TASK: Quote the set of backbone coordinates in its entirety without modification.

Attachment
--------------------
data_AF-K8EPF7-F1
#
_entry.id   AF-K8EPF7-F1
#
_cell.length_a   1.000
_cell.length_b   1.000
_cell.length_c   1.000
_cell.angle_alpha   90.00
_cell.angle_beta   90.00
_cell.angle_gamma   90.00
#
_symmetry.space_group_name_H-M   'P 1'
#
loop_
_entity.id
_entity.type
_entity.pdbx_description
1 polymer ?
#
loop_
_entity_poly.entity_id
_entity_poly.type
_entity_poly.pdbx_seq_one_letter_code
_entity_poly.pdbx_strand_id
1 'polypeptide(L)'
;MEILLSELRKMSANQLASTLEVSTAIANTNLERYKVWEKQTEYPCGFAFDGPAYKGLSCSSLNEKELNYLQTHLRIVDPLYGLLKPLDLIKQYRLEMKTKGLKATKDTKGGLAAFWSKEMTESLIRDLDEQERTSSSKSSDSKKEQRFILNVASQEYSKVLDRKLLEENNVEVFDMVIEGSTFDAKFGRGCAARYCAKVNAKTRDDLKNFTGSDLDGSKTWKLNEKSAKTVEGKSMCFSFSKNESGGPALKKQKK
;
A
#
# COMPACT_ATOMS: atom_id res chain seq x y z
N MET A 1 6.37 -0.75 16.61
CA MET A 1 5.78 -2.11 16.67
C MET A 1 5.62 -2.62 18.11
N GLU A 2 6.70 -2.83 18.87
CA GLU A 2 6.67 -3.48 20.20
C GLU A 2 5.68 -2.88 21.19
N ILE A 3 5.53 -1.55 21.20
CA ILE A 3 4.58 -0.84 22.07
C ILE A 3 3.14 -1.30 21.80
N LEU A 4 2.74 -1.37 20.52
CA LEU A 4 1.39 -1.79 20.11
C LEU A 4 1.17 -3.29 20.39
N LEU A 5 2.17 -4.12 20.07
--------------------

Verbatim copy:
data_AF-K8EPF7-F1
#
_entry.id   AF-K8EPF7-F1
#
_cell.length_a   1.000
_cell.length_b   1.000
_cell.length_c   1.000
_cell.angle_alpha   90.00
_cell.angle_beta   90.00
_cell.angle_gamma   90.00
#
_symmetry.space_group_name_H-M   'P 1'
#
loop_
_entity.id
_entity.type
_entity.pdbx_description
1 polymer ?
#
loop_
_entity_poly.entity_id
_entity_poly.type
_entity_poly.pdbx_seq_one_letter_code
_entity_poly.pdbx_strand_id
1 'polypeptide(L)'
;MEILLSELRKMSANQLASTLEVSTAIANTNLERYKVWEKQTEYPCGFAFDGPAYKGLSCSSLNEKELNYLQTHLRIVDPLYGLLKPLDLIKQYRLEMKTKGLKATKDTKGGLAAFWSKEMTESLIRDLDEQERTSSSKSSDSKKEQRFILNVASQEYSKVLDRKLLEENNVEVFDMVIEGSTFDAKFGRGCAARYCAKVNAKTRDDLKNFTGSDLDGSKTWKLNEKSAKTVEGKSMCFSFSKNESGGPALKKQKK
;
A
#
# COMPACT_ATOMS: atom_id res chain seq x y z
N MET A 1 6.37 -0.75 16.61
CA MET A 1 5.78 -2.11 16.67
C MET A 1 5.62 -2.62 18.11
N GLU A 2 6.70 -2.83 18.87
CA GLU A 2 6.67 -3.48 20.20
C GLU A 2 5.68 -2.88 21.19
N ILE A 3 5.53 -1.55 21.20
CA ILE A 3 4.58 -0.84 22.07
C ILE A 3 3.14 -1.30 21.80
N LEU A 4 2.74 -1.37 20.52
CA LEU A 4 1.39 -1.79 20.11
C LEU A 4 1.17 -3.29 20.39
N LEU A 5 2.17 -4.12 20.07